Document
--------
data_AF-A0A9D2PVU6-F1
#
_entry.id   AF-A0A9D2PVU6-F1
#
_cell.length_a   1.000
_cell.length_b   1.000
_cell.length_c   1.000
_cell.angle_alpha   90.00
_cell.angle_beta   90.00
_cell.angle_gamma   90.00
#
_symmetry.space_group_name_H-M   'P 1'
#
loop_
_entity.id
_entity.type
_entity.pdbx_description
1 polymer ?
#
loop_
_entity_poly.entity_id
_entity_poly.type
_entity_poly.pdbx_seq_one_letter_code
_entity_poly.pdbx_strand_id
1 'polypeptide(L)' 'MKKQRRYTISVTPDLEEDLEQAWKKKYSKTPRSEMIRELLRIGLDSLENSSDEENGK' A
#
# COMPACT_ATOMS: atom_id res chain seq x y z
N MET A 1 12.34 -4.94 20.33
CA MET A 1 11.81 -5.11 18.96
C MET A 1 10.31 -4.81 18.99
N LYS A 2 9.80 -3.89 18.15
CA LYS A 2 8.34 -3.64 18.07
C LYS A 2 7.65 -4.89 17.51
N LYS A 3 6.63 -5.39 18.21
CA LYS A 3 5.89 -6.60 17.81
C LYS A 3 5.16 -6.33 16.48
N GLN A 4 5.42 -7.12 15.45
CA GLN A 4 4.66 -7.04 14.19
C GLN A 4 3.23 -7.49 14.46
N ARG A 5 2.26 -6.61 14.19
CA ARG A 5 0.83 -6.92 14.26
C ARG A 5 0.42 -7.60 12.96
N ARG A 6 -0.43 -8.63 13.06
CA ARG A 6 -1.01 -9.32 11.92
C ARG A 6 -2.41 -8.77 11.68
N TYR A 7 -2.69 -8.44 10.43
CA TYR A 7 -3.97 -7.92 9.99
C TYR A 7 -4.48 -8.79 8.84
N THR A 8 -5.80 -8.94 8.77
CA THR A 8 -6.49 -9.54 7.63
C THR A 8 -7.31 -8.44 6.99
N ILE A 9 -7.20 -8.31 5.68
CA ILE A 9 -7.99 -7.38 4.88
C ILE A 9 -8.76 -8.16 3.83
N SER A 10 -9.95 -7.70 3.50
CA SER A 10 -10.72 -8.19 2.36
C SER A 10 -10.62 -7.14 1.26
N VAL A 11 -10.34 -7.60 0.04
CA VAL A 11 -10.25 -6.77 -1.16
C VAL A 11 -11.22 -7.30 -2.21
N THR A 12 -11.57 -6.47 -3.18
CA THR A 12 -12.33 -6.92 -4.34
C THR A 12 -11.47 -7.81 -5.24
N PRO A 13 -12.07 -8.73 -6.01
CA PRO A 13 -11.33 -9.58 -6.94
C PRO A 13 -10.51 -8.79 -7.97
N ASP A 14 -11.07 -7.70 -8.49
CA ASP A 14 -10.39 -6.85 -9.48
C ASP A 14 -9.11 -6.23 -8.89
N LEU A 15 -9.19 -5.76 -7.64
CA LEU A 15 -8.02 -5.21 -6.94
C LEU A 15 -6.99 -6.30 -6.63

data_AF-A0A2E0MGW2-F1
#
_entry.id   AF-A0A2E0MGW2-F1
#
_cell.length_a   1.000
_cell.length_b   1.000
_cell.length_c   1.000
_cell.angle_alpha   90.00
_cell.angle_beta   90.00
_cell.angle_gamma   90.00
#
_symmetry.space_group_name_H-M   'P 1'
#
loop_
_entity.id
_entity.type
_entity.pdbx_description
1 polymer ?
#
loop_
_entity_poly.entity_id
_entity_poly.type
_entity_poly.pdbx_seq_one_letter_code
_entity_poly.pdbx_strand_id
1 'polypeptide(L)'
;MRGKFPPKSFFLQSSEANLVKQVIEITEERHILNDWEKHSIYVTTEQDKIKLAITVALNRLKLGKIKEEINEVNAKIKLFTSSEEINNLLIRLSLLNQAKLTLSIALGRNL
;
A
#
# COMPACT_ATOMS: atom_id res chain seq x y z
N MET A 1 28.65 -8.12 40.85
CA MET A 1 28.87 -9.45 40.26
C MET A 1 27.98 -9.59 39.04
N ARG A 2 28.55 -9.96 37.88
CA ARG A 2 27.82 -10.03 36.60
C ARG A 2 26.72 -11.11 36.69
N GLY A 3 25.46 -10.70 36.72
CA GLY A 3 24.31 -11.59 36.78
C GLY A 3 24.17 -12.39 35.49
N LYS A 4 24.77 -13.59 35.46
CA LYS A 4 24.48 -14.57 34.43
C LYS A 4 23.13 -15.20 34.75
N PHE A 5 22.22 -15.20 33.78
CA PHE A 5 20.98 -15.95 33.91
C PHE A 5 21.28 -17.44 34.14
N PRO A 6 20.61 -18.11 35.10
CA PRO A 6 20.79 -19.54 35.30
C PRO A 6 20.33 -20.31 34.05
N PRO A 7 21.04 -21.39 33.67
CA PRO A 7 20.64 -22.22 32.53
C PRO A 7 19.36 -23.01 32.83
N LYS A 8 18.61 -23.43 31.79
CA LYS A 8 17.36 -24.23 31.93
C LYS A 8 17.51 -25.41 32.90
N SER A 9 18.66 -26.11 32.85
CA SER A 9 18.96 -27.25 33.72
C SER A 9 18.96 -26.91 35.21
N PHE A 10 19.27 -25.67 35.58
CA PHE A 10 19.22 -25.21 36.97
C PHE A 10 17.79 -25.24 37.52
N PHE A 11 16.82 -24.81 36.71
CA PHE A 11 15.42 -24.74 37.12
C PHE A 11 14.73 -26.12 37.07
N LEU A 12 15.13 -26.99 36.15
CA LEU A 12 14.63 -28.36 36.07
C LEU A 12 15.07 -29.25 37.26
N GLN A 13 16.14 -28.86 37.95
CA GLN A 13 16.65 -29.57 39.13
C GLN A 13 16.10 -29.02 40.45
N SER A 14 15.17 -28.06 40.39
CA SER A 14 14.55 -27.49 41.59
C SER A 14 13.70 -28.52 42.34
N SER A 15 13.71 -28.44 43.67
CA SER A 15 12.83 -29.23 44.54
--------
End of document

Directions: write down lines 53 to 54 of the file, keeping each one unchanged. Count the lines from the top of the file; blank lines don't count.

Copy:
CA ILE A 9 -7.99 -7.38 4.88
C ILE A 9 -8.76 -8.16 3.83